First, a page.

Aim for the Bullseye
Any successful marketing plan aims for the bullseye. The trick is in locating it, then finding an arrow which can reach it. The bullseye is the mind of your customer. Aim for that, and your other goals, like greater profits and more customers, will naturally follow. To aim at this illusive bullseye, you first must understand what you are up against.
Recently a client said to me, "We thought it would be a good idea to run an image ad in a business journal, but we didn't get anything out of it." The amazing part of the statement was their belief that they would get anything out of it.
Every day we are bombarded with over 3,000 separate advertisements seeking our attention. Most we don't even pay attention to, like the billboard we drive by, or the newspaper ad we don't even glance at. The competition to gain consumer attention has never been greater, but the techniques often used are straight out of the 1950's. No wonder companies are throwing their money away -- they are using jet plane thinking to tackle a moon rocket problem.
Whether the activity is called sales, marketing, advertising, or public relations, it seeks to achieve one primary goal -- planting a positive idea about your product or service in the consumer's mind. But all too often the designer thinks it is as simple to put a message inside the consumer's head as it is to pitch a golfball onto a green. Instead, the problem more closely resembles trying to reach the green through a thicket of trees.
In that situation, the two most critical things to have are a good aim and the proper club.
How do you achieve a good aim? By knowing exactly what you are aiming at. Good golfers shoot for the pin, while average golfers shoot for the green. Sound marketing strategy requires a sound understanding of the target audience. You may say, "I know my target." But what you may know is their demographic description -- age, sex, income, location, and so on. That doesn't tell you what you really need to know about your audience in order to educate, persuade, and motivate them.
People are not motivated by being female or young or rich or white. They are motivated by the possibility of satisfying their needs, wants, fears, and desires. Do women buy a particular brand of perfume because they fall in the upper-middle income bracket? No, perfume sales are driven by desires, not demographics. Women primarily buy a brand because its message (including its image) has persuaded them of its potential to answer their desires -- love, self-image, romance, security, adventure, admiration, etc. Most perfumes are pulled after a year because they failed to deliver on their advertising promises. But there is always hope in the heart for this next, new fragrance.
If you do not know the needs, wants, fears, and desires of your target audience, you don't know enough to create the best marketing plan for your product or service.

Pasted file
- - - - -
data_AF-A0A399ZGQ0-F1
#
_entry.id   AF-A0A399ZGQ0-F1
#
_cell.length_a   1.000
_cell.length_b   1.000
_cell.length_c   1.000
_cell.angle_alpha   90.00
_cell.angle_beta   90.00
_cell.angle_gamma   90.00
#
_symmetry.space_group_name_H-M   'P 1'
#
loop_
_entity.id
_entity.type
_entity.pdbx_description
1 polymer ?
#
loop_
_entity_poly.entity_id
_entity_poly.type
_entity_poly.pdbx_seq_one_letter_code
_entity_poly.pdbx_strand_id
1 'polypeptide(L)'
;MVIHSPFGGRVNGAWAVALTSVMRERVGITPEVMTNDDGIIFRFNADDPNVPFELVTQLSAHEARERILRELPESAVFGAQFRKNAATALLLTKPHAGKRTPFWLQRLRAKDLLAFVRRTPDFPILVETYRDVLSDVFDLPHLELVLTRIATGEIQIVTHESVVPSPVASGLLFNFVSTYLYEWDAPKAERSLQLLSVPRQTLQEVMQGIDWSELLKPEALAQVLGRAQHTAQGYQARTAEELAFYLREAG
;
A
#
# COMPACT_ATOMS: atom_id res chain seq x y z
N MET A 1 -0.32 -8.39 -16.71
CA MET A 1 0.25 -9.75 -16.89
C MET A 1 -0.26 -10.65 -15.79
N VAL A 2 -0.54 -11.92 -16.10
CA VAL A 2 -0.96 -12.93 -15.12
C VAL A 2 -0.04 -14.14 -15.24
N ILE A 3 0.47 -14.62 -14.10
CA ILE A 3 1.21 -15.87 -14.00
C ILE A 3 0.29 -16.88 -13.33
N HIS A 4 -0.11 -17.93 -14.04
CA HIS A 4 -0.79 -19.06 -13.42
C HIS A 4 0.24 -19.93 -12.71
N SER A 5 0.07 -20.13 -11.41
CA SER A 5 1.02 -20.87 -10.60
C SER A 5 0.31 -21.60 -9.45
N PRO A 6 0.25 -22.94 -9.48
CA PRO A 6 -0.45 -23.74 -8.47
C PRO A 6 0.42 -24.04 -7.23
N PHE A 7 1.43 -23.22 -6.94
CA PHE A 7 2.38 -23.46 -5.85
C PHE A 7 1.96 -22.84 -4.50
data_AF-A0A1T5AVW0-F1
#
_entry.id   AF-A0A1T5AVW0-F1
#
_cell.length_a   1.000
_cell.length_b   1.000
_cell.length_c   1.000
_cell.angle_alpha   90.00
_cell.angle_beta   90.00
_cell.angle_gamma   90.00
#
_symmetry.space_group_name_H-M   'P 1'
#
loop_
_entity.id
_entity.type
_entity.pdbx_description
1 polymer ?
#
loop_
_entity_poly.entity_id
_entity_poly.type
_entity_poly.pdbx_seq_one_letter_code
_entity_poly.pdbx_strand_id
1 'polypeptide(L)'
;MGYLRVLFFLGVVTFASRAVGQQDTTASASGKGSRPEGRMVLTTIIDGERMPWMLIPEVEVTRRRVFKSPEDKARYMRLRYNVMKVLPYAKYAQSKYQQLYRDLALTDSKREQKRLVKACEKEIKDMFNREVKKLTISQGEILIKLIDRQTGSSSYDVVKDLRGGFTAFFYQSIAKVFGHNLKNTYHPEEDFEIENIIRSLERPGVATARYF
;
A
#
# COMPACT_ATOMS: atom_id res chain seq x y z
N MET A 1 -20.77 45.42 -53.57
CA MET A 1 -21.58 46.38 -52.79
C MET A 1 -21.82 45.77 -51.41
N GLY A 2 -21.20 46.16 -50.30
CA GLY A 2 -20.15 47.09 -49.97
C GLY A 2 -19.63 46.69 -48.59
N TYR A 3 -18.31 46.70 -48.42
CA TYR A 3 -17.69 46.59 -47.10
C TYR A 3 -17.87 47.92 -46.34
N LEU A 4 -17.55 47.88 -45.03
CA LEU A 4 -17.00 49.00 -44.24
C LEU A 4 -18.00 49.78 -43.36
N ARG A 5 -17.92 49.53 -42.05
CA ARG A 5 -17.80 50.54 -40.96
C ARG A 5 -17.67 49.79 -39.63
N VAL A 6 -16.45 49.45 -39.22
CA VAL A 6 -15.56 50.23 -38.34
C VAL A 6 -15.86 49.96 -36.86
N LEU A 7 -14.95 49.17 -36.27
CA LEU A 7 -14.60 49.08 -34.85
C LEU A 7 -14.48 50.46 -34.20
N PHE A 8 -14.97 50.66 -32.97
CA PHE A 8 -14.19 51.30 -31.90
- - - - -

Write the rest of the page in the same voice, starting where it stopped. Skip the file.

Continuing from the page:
When Tylenol was first introduced, Bayer aspirin controlled over 80% of the non-prescription pain relief market. Tylenol was like a platoon of soldiers facing a mighty army inside a huge castle. Others had tried to take the castle before, but the frontal attack had never worked. Instead, Tylenol looked for a small back door that was unlocked -- and they found it. Their consumer psychological research showed that aspirin was vulnerable with a significant group of consumers who worried about stomach irritation.
Tylenol positioned themselves by first stimulating that fear -- "Scientific research proves that aspirin can cause stomach irritation and hidden stomach bleeding" (what a wonderful phrase – it’s like the monster that might be behind the door, but you can't be sure.) After positioning aspirin in this way specifically for their niche of consumers, Tylenol’s ad then said, "Oh, by the way, Tylenol also relieves pain like aspirin, but it is proven not to cause stomach irritation or hidden stomach bleeding!" Had Tylenol tried the old frontal attack method by designing advertising by demographics, their bones would also have been bleaching in front of Bayer's castle walls. Instead, Tylenol now owns over 35% of that market.
Success often depends on correctly identifying the very strongest needs, wants, fears, or desires of your potential customers which your product can satisfy. Too often we do only part of this exercise, and do it poorly. We ask ourselves, "What do these folks need?" This approach completely overlooks three other critical areas of marketing psychology analysis -- wants, fears, and desires. And the latter two are emotional motivators, which are usually the key elements in a buyer’s final decision.
To begin your marketing plan, first analyze what logical and emotional motivations your customers have for buying your category of product or service. Always remember that your product or service is just a means to an end for them. Identify that "end" and shoot all your arrows toward that bullseye.